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Acela Express First Class Seat Assignment (WHOA!)

Acela Express First Class Seat Assignment (WHOA!)

Old Feb 13, 18, 11:09 am
  #1  
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Acela Express First Class Seat Assignment (WHOA!)

I just booked Acela first tickets for Feb 19 and 20. Usual process for Feb 19. But for the Feb 20 ticket, the system assigned me a specific seat, and then offered the opportunity to change it, using a clickable seat map.

So I'm guessing Feb 20 is the first day this is possible?

It looks like for those who book early, the "rush" to get a good seat is over! THANK YOU AMTRAK for finally making this work.

EDITED TO ADD.... from amtrak.com:

Assigned Seating Exclusively Available on Select Acela Express Trains

You can now reserve your preferred seat in First Class on select Acela Express trains. Have more piece of mind knowing your seat is waiting for you. Once you've selected Complete Purchase, you'll automatically be assigned a seat. To select a different seat, use the Amtrak app or visit Amtrak.com.
So it looks like it's only on some trains. Hmmmm... hope this is eventually a system-wide rollout.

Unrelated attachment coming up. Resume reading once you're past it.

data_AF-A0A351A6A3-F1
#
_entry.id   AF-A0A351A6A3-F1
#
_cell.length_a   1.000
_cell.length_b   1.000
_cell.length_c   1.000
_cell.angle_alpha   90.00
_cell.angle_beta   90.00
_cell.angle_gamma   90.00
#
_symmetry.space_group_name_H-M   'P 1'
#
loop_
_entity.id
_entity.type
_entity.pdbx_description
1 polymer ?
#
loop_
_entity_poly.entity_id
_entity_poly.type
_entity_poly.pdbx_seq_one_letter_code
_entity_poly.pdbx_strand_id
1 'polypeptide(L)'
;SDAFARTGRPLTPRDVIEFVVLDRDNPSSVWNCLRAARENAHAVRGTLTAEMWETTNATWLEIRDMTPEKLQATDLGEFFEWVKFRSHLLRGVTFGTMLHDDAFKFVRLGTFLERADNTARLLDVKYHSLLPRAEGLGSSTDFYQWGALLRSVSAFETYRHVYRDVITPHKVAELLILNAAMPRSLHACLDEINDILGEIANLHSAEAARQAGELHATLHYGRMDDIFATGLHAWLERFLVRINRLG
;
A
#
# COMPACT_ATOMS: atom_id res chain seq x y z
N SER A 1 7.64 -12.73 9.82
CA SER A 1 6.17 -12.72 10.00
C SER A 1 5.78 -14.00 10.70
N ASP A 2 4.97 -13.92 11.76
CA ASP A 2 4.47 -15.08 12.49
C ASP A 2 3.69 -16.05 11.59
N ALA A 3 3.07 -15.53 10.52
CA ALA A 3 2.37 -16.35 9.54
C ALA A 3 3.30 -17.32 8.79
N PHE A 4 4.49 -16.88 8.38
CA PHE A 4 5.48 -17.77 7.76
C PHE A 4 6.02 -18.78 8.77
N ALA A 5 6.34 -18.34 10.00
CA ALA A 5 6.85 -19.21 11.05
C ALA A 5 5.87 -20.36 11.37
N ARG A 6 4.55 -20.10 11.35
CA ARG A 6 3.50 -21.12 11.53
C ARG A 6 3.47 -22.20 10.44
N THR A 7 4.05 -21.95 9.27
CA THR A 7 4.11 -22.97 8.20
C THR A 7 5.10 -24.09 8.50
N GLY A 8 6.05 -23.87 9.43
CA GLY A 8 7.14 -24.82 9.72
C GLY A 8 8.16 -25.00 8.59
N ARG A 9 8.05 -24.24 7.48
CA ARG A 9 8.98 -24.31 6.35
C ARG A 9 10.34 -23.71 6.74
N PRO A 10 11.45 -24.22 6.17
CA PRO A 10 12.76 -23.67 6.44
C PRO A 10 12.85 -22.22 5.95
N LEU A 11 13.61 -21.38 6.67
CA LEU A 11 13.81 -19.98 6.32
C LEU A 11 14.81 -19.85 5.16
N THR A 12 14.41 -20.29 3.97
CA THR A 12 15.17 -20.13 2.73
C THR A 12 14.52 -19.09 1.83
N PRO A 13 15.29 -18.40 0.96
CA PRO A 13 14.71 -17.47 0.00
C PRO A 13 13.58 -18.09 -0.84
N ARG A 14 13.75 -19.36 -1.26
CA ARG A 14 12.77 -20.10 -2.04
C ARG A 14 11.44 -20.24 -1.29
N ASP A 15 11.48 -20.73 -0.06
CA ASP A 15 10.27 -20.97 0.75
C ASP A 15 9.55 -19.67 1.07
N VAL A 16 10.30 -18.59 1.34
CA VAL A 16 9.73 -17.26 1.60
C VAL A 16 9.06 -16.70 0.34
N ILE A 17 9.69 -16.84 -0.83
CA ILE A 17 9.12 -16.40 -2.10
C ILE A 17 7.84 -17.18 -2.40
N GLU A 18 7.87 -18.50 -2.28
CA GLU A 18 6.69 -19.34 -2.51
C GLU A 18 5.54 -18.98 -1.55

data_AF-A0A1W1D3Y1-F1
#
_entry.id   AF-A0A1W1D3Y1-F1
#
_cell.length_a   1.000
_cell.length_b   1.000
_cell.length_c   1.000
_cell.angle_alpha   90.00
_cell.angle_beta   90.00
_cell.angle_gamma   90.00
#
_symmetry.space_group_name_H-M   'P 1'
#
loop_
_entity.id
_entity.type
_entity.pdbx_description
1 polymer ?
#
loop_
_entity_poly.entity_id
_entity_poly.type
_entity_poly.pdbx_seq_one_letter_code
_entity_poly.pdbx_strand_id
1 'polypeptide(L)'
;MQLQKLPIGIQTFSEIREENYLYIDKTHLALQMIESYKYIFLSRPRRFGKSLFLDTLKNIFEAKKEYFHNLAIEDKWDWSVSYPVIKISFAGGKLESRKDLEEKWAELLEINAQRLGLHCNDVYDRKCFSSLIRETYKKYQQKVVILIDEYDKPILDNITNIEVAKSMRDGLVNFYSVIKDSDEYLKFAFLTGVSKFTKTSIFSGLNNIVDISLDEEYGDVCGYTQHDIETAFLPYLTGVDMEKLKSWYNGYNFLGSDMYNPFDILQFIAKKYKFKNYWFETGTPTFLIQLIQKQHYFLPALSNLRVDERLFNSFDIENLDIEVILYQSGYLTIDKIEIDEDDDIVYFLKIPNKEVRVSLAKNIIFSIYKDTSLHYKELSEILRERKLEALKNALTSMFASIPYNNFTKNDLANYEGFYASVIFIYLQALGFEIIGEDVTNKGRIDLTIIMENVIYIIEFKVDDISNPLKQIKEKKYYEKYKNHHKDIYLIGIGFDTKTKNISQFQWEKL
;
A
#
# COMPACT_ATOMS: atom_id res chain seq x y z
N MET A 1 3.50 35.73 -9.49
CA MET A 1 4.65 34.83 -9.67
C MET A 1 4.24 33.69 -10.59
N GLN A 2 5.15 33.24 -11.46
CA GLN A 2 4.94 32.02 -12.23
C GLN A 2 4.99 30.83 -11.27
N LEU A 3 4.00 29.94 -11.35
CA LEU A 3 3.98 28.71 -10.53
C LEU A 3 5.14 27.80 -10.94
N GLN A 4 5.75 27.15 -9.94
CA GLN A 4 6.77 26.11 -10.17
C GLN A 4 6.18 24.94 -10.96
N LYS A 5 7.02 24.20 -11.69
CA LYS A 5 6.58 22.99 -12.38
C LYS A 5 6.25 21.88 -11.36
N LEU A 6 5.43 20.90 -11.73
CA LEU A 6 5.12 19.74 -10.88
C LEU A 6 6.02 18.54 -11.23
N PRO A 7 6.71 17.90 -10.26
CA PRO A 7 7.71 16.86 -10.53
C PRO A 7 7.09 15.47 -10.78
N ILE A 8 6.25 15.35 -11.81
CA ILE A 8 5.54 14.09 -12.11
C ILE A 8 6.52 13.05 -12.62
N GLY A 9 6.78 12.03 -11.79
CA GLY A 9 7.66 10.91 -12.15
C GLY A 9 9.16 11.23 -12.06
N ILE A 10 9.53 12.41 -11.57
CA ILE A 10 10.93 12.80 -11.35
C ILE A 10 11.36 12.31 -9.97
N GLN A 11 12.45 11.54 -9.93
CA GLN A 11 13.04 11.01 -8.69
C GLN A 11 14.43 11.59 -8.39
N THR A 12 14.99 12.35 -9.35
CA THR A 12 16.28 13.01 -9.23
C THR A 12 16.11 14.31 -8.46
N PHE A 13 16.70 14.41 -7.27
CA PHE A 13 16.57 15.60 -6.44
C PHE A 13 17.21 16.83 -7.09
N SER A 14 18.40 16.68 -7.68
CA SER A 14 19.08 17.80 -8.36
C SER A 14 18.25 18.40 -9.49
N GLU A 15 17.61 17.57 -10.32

Last edited by wxguy; Feb 13, 18 at 11:16 am
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Old Feb 14, 18, 5:32 am
  #2  
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Hope it works better this time than it did the last time!!

Especially since Amtrak is already starting off by making the same mistake as last time; not publicizing this enough and giving people warning that it's coming!
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Old Feb 14, 18, 7:14 am
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I just talked to an S+ phone agent, and she said it's being tested on just two trains now -- 2190 and 2290. The expectation is that it will be rolled out across the schedule, but she didn't know details as to when and how that will be accomplished.
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Old Feb 14, 18, 7:27 am
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Like many pilots, there is a soft launch, followed by a splash. This is not new technology but Amtrak is hardly on the forefront of IT.
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Old Feb 14, 18, 7:47 am
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Originally Posted by Often1 View Post
Like many pilots, there is a soft launch, followed by a splash. This is not new technology but Amtrak is hardly on the forefront of IT.
I ride high-speed trains in Asia frequently (Taiwan, China, etc.). All have assigned seats in premium cabins (and some in coach). It works well.